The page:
To the Kid Whose Parent Was Just Diagnosed With a Terminal Illness


I know what you’re feeling. At 14, when my dad was diagnosed with amyotrophic lateral sclerosis (ALS), I felt it all: the shock, fear and sadness that comes with a parent’s terminal diagnosis. I wish I could say it’s an easy road, but it’s not. You may see your parent lose abilities that were taken for granted, until they can require assistance for the simplest tasks. No child or teenager should ever have to experience this. Our parents are still meant to be taking care of us, and suddenly it’s the other way around. I don’t mean to scare you with this information. I know you have a lot to take in, so take some time.

Talk about it and come to terms with your feelings. Vent with family, therapists or friends about what is happening and how it affects you. If you are uncomfortable with that, then talk to yourself. Shortly after my dad was diagnosed, I laid in bed and researched his condition, preparing myself for what lay ahead. I thought about all the things my dad would miss and how much he would suffer. This may seem like torture, but having a good cry that night has allowed me to come to terms with what is happening. Every once in a while, when my dad becomes sicker, I sit myself down and think about what has changed. This is sad, but repressing how you feel can just make you feel worse in the end.

Your relationship with your sick parent will change, but not necessarily in a bad way. Rather than going to baseball games with my dad, we now bond over Netflix. We have wheelchair races instead of playing catch, and he teaches me how to make him the meals he always made me. I spend more time with him now, and I feel like this has made me closer to my dad.

Get to know nurses, aides and caregivers. My dad’s home aide is practically a lifesaver, and she has taught me how to handle things my dad experiences. You want to have a good relationship with the person who’s caring for your parent.

You are not alone in this. Not only do you have your whole family going through the same struggles, but there are many people (like me) who have experienced a parent’s illness. Reach out to someone you know or join a support group. The advice of someone who knows what you’re going through can be invaluable.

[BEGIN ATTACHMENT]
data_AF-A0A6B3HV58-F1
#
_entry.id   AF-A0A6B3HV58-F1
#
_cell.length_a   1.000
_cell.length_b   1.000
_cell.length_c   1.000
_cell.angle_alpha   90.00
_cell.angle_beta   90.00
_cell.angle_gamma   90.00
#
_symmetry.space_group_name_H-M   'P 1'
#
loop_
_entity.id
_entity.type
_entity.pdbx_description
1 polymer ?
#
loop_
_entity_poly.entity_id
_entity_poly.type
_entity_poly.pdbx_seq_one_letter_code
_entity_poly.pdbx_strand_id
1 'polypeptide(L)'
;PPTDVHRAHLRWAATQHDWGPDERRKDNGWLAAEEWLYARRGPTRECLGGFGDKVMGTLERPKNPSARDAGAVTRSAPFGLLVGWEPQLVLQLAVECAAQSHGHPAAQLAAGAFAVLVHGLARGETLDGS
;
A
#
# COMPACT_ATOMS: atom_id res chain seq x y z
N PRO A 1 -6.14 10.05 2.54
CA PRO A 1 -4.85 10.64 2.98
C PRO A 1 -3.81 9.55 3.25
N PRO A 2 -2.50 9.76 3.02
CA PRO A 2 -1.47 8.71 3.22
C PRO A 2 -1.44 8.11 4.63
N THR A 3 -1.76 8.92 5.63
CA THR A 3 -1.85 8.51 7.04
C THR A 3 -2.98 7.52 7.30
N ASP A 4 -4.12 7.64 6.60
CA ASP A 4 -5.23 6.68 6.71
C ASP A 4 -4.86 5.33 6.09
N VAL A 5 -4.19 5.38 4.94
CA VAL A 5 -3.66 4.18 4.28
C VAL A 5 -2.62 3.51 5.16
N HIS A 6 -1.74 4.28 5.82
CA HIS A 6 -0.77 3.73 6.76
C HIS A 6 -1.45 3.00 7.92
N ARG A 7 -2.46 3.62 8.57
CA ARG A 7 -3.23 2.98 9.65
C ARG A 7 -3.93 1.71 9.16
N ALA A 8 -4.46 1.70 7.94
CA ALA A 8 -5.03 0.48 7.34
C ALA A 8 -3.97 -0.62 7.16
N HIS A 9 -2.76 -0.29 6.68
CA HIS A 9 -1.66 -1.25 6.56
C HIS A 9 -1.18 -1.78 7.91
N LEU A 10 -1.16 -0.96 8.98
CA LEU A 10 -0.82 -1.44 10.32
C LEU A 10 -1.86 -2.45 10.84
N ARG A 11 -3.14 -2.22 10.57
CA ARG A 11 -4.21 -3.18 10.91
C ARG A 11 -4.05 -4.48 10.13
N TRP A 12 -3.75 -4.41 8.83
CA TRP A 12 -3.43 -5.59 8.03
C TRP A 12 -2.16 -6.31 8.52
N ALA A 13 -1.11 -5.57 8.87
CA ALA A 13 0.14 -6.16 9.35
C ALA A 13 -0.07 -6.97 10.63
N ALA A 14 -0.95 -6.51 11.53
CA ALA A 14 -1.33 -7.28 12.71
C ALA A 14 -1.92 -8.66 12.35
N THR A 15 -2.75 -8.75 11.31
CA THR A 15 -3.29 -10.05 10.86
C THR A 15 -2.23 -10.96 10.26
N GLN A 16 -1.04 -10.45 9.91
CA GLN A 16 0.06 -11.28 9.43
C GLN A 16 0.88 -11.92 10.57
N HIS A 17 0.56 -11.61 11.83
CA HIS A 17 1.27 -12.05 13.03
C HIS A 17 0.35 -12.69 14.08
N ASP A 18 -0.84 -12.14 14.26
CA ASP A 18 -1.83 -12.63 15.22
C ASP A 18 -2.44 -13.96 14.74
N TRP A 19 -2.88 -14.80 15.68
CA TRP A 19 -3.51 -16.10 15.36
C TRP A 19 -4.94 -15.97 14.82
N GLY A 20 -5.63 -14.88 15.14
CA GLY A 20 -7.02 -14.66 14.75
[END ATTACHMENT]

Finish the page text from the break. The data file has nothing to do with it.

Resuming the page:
Spend as much time as you can with your parent. They will need you more than ever, so be there for them. You now have only a short time to make a lifetime of memories, so don’t take anything for granted.

You’ve got a long road ahead of you, but you will be OK.

The Mighty is asking the following: Write a letter to anyone you wish had a better understanding of your experience with disability, disease or mental illness. If you’d like to participate, please send a blog post to [email protected] Please include a photo for the piece, a photo of yourself and 1-2 sentence bio. Check out our Submit a Story page for more about our submission guidelines.

Lead photo source: Thinkstock Images

TOPICS
, Contributor list
JOIN THE CONVERSATION

Related to ALS (Lou Gehrig's Disease)

When a Friend Asked Me If I Was Mad at My Body Because of My ALS

After my ALS diagnosis was doubly confirmed by the University of California, San Francisco and the Mayo Clinic in Rochester, I decided to send a mass email letting my friends and family know what was happening. Partly, it felt ridiculous to be putting this kind of information in email, but I didn’t know how else [...]

9 Oscar-Nominated Films That Got Disease and Disability (Mostly) Right

Of the Oscar-winning actors and actresses from 1927 to 2012, 16 percent portrayed a person with a physical disability or mental illness, according to BBC News. But does a compelling performance necessarily mean the film portrayed the disease or disability realistically? The Mighty decided to review some current and past Oscar-winning or nominated films over the last 30 [...]

The Moment a Mom With ALS Gave Her Daughter the Perfect Wedding Gift

Even in the most tragic of situations, beauty exists. Anthony Carbajal, 26, was recently diagnosed with ALS, according to his YouTube description. You may remember him from his moving ALS Ice Bucket Challenge video a few months back. In it, he talks about his own struggle with the disease, as well as his experience taking [...]
man wearing pink bowtie in wheelchair

Man With ALS Has a Different Kind of Challenge for Us to Take

When Chris Rosati was diagnosed with a terminal illness, he decided to dedicate the remainder of his life to inspiring others to be kind. Rosati has ALS (or Lou Gehrig’s disease), the same disease that’s inspired the Ice Bucket Challenge to sweep across social media. Instead of wallowing in his diagnosis, Rosati set up the Big Idea for a [...]